Public backlash: Earlier in April, Abe’s mask proposal attracted outrage and mockery online, with the hashtag “Abe’s mask” and “screw your two masks” trending on Twitter.

Many dubbed the policy "Abenomask policy" as satirical memes showing well-known cartoon characters sharing one mask between four family members popped up online.

This post has been updated to reflect the number of damaged masks.

12:06 a.m. ET, April 29, 2020

Angry mob attacks police at cremation of suspected coronavirus patient

From CNN's Esha Mitra in New Delhi

Villagers threw stones at police at a cremation ground in northern India on Monday when the body of an elderly woman suspected to be a coronavirus patient was brought there for her last rites, according to a senior police official.

Police officers used batons and fired shots in the air to disperse the crowd. A total of 30 people from Chand Pura village in Ambala district of Haryana state were arrested, said Abhishek Jorwal, superintendent of police in the district.

"Due to the coronavirus, the government has issued guidelines on disposing of bodies of patients who died in a hospital. The municipality designates where a body must be cremated," Jorwal said.

According to Jorwal, the villagers were unhappy that someone who was not from their village was being cremated on their grounds and might spread infection.

"We reassured them that all precautions were being taken but they picked up stones from the neighboring railway tracks and pelted them on the police. (The police) fired a few warning shots in the air and used minor lathi charge (beating with batons) to disperse the crowd so we could perform the last rites," Jorwal said.

The postmortem report revealed that the woman did not have coronavirus.

Similar incident: Earlier this month, a mob threw stones at an ambulance carrying the body of a doctor who succumbed to the virus in Chennai, capital of Tamil Nadu state in southern India.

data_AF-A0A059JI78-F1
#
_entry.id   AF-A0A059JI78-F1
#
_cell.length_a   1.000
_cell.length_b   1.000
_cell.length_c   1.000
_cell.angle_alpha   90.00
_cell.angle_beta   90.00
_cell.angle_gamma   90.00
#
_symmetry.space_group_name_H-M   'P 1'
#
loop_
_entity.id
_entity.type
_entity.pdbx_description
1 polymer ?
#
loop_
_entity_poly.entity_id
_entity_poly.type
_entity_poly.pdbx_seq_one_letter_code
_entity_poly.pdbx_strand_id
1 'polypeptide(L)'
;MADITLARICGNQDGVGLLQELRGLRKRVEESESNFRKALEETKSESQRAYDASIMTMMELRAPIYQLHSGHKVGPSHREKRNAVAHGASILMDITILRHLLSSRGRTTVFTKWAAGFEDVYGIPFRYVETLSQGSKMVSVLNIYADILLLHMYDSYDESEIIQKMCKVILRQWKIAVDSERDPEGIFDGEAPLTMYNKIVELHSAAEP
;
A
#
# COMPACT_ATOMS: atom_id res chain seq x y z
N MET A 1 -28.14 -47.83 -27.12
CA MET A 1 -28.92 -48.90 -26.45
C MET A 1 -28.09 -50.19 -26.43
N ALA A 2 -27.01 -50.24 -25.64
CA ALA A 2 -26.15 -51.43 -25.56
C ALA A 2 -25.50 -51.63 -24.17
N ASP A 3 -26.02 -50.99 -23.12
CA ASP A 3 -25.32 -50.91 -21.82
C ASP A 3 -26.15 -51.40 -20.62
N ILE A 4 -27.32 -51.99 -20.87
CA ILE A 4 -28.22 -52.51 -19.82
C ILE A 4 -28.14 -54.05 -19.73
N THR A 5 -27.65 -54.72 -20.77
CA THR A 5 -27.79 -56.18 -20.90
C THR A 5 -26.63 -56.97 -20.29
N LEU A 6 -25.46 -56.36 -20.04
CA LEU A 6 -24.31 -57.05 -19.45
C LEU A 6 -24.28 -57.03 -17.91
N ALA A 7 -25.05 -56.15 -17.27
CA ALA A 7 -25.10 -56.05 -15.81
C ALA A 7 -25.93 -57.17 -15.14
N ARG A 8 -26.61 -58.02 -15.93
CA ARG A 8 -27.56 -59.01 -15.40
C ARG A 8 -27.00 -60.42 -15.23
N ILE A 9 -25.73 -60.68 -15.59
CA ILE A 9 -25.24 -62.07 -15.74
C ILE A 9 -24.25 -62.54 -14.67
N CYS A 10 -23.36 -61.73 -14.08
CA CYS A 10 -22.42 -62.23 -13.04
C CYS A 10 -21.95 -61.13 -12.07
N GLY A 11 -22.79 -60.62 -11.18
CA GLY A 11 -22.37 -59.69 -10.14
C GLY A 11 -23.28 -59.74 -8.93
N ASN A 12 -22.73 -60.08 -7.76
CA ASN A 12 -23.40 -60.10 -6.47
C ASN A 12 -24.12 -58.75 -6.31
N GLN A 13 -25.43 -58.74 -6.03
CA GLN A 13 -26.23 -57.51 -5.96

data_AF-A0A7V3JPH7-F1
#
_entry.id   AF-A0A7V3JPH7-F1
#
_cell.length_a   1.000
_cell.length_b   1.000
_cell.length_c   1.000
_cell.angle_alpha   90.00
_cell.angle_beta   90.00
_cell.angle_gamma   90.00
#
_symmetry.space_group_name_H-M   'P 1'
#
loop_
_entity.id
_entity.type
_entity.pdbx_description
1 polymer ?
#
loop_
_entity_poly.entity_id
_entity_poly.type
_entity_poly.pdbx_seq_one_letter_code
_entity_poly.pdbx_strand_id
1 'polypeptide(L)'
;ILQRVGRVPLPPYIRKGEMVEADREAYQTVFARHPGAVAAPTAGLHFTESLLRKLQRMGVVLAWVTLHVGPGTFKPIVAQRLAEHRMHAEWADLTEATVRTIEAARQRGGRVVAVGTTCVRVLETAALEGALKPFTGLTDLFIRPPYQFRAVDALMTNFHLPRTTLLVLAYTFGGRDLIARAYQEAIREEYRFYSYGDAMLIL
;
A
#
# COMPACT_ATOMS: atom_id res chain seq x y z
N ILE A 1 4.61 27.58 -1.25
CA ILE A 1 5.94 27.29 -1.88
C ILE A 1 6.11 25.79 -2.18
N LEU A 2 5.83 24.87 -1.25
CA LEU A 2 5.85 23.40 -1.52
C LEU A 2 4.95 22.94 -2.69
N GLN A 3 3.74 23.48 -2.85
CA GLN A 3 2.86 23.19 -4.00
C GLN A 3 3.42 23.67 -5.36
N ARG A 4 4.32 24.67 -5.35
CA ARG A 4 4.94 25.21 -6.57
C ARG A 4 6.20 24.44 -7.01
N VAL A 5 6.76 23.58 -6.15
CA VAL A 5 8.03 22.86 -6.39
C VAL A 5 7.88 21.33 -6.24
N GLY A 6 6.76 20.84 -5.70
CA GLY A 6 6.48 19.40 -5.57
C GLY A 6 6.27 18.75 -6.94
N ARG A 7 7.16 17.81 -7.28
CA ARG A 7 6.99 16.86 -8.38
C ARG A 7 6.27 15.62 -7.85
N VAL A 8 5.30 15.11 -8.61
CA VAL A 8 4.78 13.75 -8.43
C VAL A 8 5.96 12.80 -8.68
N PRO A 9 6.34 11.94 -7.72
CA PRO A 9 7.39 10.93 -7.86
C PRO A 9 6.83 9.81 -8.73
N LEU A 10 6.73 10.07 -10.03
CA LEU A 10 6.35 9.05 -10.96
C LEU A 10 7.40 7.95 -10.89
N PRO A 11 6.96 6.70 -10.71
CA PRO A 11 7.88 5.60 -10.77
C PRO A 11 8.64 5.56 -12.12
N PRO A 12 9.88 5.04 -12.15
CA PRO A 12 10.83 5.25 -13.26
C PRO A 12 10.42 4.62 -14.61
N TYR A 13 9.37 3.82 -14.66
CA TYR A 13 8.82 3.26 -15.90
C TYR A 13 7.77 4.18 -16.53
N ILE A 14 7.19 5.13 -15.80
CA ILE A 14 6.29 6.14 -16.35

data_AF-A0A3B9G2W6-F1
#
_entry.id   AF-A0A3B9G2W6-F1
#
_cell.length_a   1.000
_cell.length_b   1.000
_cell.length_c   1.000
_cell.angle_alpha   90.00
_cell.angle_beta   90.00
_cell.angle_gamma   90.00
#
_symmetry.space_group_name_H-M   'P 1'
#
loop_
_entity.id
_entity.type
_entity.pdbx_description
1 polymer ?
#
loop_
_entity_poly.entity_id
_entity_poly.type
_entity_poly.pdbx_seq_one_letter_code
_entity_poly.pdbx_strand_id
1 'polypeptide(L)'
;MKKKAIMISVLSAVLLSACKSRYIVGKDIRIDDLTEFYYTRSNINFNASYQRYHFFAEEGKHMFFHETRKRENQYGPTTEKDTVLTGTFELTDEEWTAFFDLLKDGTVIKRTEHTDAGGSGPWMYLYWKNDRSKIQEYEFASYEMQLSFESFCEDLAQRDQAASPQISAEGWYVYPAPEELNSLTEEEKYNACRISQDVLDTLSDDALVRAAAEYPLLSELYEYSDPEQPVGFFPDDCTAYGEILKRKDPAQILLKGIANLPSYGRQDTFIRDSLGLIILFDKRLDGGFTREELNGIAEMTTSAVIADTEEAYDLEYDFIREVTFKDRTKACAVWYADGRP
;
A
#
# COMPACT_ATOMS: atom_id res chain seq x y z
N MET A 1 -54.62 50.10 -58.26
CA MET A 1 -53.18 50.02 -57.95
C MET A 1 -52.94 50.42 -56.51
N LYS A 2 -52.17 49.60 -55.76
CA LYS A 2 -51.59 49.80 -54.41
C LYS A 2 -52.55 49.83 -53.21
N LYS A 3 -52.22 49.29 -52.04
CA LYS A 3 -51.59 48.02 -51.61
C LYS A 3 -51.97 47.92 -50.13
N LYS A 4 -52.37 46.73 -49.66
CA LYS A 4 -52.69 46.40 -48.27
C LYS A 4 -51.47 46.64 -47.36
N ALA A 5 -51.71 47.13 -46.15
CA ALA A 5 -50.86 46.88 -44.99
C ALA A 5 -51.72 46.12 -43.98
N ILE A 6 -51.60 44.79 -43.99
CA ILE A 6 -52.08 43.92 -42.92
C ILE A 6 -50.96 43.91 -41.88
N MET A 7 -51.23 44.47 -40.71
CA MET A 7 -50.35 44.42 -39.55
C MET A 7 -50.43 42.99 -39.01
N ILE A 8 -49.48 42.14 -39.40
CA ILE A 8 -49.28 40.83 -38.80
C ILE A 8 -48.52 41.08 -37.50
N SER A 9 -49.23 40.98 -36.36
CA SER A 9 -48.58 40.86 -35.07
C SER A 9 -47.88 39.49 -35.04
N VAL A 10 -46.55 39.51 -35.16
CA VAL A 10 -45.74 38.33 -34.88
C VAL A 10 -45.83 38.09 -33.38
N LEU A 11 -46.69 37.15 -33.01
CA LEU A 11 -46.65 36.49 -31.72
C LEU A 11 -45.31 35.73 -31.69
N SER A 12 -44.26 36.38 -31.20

Members of the ambulance crew and family and friends of the doctor were injured when they took the body to the burial ground, according to Dr. Rajan Sharma, president of the Indian Medical Association. Chennai police arrested 20 people on April 19 in connection with the incident. 

11:58 p.m. ET, April 28, 2020

South Korea reports 9 new coronavirus cases

From CNN's Sophie Jeong

South Korea reported nine new cases of coronavirus on Tuesday, according to the South Korean Centers for Disease Control and Prevention.

Among the new cases, five are imported.

South Korea reported that two more people died from coronavirus on Tuesday, raising the national death toll to 246.

Some 68 recovered cases have been discharged from isolation, bringing the national total of recovered cases to 8,922.

The total number of coronavirus cases recorded in South Korea is 10,761.

11:46 p.m. ET, April 28, 2020

China's model of control has been blamed for virus crisis, but for some it's looking increasingly attractive

Analysis from CNN's James Griffiths

Numerous Western politicians, particularly on the right, have blamed China's government and political system for causing the current global crisis.

Many have continued to hammer phrases such as "China flu" or "Wuhan virus," despite warnings that such terms could lead to increased hostility against Asians.

But for some, the Beijing model is not necessarily looking so bad. China, despite being where the virus first emerged, has coped with the ensuing pandemic far better than many other countries, even though those countries had a longer warning time and greater chance to prepare.